A quantitative assessment of the economic impact of such shutdowns by the Indian Council for Research on International Economic Relations projected an economic loss of approximately US $3.04 billion between 2012 and 2017. According to Statista, India is home to 560 million internet users as of Q1 of 2021, next only to China with 854 million users. In short, the economical, psychological, and human rights issues that circle internet shutdown are bound to only increase with each passing year.

But can the administration shrug off criticism over the frequent, unannounced, power cut-model internet gags? Kashmir residents have repeatedly challenged the restrictions on both internet availability and speed in the Supreme Court of India.

Anuradha Bhasin, the Executive Editor of Kashmir Times that was sealed a year ago, was the first to challenge the restrictions imposed under Section 144 of CrPC in the wake of abrogation of Article 370, on August 10, 2019. While pronouncing judgment in the petition on January 10, 2020, the Supreme Court held that the right to freedom of speech and expression under Article 19(1) (a), and the right to carry on any trade or business under 19(1) (g) using the medium of the internet were constitutionally protected.

However, the court did leave room for restrictions, if need be, when it said suspension orders can only be for a temporary duration and not indefinite. Terming an undefined restriction “illegal”, the apex court maintained that such orders must satisfy the tests of necessity and proportionality. Reasons for restrictions should be clearly stated. Further, all such orders should be published so that their validity can be challenged in courts of law.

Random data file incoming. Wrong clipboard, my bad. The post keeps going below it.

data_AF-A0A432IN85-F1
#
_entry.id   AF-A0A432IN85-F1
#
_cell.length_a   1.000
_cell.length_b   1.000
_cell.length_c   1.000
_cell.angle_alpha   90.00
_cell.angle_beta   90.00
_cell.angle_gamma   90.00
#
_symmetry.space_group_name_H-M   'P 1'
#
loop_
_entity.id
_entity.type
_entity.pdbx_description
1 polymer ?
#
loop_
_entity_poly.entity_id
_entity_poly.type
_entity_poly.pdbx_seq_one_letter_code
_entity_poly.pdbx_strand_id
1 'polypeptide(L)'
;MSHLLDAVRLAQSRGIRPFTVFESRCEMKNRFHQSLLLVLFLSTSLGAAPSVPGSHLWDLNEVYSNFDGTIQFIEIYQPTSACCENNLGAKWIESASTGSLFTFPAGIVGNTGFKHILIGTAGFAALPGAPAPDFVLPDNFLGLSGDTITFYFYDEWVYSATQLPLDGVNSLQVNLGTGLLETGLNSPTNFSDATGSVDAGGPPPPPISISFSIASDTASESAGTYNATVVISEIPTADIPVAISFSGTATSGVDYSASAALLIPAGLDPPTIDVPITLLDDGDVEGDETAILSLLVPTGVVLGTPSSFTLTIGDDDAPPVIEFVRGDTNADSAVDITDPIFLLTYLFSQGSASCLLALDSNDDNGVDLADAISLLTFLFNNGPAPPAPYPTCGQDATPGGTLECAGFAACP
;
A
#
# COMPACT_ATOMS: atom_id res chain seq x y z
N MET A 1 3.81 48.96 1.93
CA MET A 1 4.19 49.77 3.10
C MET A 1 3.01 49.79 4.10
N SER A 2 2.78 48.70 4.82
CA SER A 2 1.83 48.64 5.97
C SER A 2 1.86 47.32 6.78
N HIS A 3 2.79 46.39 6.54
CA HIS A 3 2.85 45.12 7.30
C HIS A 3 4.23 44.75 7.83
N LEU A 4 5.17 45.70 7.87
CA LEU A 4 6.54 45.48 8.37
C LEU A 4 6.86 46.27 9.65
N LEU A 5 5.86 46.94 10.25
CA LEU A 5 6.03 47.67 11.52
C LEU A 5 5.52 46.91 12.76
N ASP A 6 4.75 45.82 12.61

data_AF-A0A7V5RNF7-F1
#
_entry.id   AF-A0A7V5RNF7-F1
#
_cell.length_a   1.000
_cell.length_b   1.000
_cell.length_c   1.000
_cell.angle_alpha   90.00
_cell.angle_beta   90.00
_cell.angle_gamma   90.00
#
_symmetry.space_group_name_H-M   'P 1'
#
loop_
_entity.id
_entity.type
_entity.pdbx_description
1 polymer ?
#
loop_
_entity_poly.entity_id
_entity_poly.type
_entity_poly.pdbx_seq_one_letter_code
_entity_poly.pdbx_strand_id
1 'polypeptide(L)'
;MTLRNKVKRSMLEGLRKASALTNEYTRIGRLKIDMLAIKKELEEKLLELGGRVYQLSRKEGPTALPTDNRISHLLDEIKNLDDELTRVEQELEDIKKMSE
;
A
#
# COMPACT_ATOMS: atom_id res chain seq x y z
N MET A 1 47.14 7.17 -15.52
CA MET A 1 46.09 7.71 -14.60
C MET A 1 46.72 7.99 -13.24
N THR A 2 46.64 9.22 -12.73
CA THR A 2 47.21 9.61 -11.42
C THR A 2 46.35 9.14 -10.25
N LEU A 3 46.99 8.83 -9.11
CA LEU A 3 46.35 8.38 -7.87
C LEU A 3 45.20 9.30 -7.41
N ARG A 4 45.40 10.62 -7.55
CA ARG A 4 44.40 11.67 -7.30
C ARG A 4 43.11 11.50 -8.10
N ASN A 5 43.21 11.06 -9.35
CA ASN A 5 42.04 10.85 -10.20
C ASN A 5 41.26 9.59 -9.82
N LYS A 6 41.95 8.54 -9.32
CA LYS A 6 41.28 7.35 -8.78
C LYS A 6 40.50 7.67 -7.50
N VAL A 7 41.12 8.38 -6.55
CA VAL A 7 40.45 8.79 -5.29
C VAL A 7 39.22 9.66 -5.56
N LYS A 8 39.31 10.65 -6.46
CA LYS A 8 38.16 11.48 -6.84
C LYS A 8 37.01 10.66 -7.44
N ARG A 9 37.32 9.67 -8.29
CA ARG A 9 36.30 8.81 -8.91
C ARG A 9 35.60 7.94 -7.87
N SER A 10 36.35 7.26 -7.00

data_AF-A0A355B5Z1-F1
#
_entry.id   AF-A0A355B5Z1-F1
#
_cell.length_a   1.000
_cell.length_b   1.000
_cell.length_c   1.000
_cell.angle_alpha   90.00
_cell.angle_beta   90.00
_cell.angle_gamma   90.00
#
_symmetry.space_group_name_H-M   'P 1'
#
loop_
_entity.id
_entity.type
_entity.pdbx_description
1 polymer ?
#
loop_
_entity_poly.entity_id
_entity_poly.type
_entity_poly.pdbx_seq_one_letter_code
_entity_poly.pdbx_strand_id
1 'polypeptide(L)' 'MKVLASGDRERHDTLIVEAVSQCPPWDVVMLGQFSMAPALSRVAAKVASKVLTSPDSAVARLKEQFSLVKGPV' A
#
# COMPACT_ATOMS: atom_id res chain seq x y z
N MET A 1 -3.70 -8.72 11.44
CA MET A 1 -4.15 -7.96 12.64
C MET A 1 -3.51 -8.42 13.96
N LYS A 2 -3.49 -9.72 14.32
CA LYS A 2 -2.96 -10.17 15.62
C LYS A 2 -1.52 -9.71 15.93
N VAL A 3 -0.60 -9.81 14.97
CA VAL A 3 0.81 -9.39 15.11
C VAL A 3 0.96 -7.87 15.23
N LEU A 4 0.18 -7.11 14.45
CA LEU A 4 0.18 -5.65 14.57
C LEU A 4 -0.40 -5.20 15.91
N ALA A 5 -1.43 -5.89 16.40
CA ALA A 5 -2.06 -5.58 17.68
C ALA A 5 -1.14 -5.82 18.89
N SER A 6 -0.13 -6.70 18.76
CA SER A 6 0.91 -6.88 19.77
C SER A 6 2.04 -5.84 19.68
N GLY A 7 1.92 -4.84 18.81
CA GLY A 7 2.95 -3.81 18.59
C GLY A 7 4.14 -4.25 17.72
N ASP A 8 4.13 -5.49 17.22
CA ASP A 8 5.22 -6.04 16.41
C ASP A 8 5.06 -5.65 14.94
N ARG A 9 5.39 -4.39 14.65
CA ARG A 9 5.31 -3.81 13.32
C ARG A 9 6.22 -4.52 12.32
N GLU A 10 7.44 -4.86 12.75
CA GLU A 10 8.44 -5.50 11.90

Sadly, the administration seems to have now scuttled the very possibility of a judicial review by not publishing service suspension orders in official domains in the first place. As Kashmiris claim, the new area-wise restrictions suit the government’s intention to suppress the legitimate expression of opinion. Things could have been far better if the court had not shied away from making internet access a fundamental right. Though the court took pains to find a balance between the rising threat of cyber warfare and the rights of Kashmiris, the recent spate of internet restrictions demands more clarity.

What criteria determine the “necessity” for internet gags, what defines “temporary duration” and who decides on the “proportionality” are matters that require careful consideration. The fact remains that what may seem as an absolute security necessity for the Kashmir administration, may appear to be a gross inconvenience and human rights violation for the common man. As such, an intermittent network outage is a lesser evil than a full-fledged shutdown. The only thing that needs to be ascertained is what purpose does it serve, if any at all.